In the 1990s the world entered into a relatively peaceful period due to the fall of the Soviet Union and the ensuing détente of Cold War tensions. Military spending, nuclear armament, and the global arms trade all entered into a decline that lasted until 2010. International institutions such as the UN simultaneously entered into a period of diplomatic productivity, which fostered more stable peace agreements and cooperation. But since 2010, pressures from climate change, competition for natural resources, shifting balance of power, have contributed to the end of the global peace dividend and the weakening of the international community. The upsurge of military spending and the global arms trade have given rise to a new form of hybrid warfare that combines interstate and intrastate warfare, both elongating and worsening armed conflicts. Here are the key takeaways from a panel at the World Economic Forum Davos meetings this past January, which discussed strategic geography and the global arms market. In the 1990s the world experienced a peace dividend. After the collapse of the Soviet Union and the Cold War precipitated a détente of global tension in which armed conflicts, nuclear warheads, and military spending all decreased. As the threat of nuclear war abated the United Nations was able to spend more time and resources on peace making. Consequently, the international community learned how to sustain peace agreements, decreasing the 50% fail rate of peace agreements to 20%. In 1990 the world was armed and warring. World military spending, led by the United States, equaled 1.5 trillion dollars. There were 70,000 nuclear warheads worldwide. Fifty armed conflicts were ongoing, and the global arms trade was booming. By 1995 the world looked a lot brighter. Military spending fell to 1.1 trillion dollars. Peace talks led by the UN convinced the new states armed with soviet nuclear weapons to give up their missiles. The arms trade evened out. This untold good news story continued until 2010, by which time armed conflicts had fallen to 30. This peace dividend was precipitated by the détente of tension between the Soviet Union and the United States. As the threat of world war decreased military spending and the creation of nuclear warheads also decreased, allowing the UN to spend more resources on peace making. During this time diplomatic productivity increased sharply and the international community was able to more reliably sustain peace agreements long term. In 2010 the pressures of climate change and the changing balance of power worldwide ended the peace dividend. The rising pressures of climate change have fostered fundamental disagreements among world powers that are exacerbated by shifting balance of power. Climate change pressure exacerbates domestic and regional instability by highlighting rising economic inequality. As necessary resources become scarcer, the inability of poorer nations and individuals to obtain them will highlight economic inequality. Water scarcity in South Africa, for example, highlights how the rich can pay for water, while the poor cannot. Changing balance of power has damaged the international community. The international community is built upon global leaders, especially the United States, staunchly defending the validity of the international community. Some world leaders, however, have shown little respect for the institutions that are the cornerstone of the international community. The weakening of international institutions has led to a breakdown of the diplomatic productivity achieved during the peace dividend of the 1990s. Corruption is endemic in both domestic governments and international institutions. Although endemic corruption is not necessarily the cause of diplomatic breakdown, it could contribute to unrest in combination with rising inequality and the increased transparency caused by improving technology and connectivity. The face of conflict today is changing. The distinction between intrastate and interstate conflict is disintegrating, leading to the combination of illicit arms and the industrialization of war. Intrastate and interstate conflicts have begun to bleed together. The combination of illicit arms, which are endemic of intrastate conflicts, and the industrialization of warfare, which is endemic of interstate conflicts has forced actors to fracture into smaller groups. The increase of actors makes peace talks much more complicated, elongating conflicts. At the same time the industrialization of these conflicts unleashes much more extensive damage throughout the conflict. The solution to the mixing of intrastate and interstate conflicts lies in preventing them in the first place. Once the mixing of intrastate and interstate violence has begun they are by nature almost impossible to end completely. Instead, third parties must take early action to prevent the conflicts. Also, the international community must work to decrease global inequality, which feeds the grievances that build the armies. The distinction between peace and war has disintegrated. As new forms of warfare such as cyber warfare and terrorism have become prevalent and are difficult to place in the context of existing norms. International institutions, such as NATO, however, were founded on these norms and were designed for a global system in which peace and conflict are distinct. As such, institutions such as NATO are in norm crisis and are in need of norm leaders.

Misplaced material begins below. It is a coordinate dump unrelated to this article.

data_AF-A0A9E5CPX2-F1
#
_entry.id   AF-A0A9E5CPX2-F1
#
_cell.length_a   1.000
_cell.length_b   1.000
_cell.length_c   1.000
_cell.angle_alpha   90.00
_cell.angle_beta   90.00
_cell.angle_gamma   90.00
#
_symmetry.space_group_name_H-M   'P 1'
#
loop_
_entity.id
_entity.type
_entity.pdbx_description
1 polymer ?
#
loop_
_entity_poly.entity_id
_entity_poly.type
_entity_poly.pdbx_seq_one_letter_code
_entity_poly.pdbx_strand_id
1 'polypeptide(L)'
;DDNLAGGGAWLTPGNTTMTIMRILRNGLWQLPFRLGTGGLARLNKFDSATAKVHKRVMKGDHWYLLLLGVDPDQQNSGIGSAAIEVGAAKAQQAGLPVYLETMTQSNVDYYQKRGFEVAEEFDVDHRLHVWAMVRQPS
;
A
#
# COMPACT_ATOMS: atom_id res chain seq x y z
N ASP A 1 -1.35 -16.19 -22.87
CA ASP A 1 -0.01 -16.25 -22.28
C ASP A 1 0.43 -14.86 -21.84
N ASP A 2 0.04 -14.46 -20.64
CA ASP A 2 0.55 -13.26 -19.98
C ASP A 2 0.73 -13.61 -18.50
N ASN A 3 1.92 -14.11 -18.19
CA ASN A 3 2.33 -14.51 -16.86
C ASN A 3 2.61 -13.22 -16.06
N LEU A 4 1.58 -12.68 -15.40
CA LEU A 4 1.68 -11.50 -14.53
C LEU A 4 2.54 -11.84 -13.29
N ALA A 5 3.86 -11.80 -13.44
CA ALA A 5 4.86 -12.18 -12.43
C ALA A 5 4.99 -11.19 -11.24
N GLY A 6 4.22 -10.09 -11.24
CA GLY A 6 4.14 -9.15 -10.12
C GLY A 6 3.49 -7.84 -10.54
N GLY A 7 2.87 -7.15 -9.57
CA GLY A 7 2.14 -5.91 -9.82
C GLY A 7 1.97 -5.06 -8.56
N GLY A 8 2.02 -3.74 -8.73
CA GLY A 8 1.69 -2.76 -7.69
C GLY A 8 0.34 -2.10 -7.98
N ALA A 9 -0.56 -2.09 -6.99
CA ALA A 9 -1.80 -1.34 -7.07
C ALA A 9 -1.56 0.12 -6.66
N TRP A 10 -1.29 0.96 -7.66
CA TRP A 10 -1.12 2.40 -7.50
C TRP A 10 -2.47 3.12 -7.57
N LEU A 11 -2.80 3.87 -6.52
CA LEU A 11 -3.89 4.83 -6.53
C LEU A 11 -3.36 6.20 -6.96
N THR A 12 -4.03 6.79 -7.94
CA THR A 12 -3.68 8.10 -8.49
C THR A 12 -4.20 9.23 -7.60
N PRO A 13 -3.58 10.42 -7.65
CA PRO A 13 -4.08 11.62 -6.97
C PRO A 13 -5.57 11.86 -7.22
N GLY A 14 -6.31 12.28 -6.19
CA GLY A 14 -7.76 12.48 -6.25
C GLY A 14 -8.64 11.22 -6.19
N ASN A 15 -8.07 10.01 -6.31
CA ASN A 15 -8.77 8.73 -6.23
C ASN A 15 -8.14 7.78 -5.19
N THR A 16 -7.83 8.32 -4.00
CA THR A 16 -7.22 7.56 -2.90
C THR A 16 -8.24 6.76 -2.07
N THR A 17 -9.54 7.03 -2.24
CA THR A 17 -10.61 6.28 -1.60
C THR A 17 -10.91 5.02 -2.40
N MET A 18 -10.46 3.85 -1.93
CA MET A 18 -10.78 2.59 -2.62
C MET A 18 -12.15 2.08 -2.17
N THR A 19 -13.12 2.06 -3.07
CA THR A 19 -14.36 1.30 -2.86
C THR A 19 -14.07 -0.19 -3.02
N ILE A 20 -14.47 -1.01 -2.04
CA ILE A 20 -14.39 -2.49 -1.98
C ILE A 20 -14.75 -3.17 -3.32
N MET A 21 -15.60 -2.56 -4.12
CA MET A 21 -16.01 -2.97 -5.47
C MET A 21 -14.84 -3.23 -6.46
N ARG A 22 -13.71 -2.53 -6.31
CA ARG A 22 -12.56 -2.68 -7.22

The views presented in this article are the author’s own and do not necessarily represent the views of any other organization.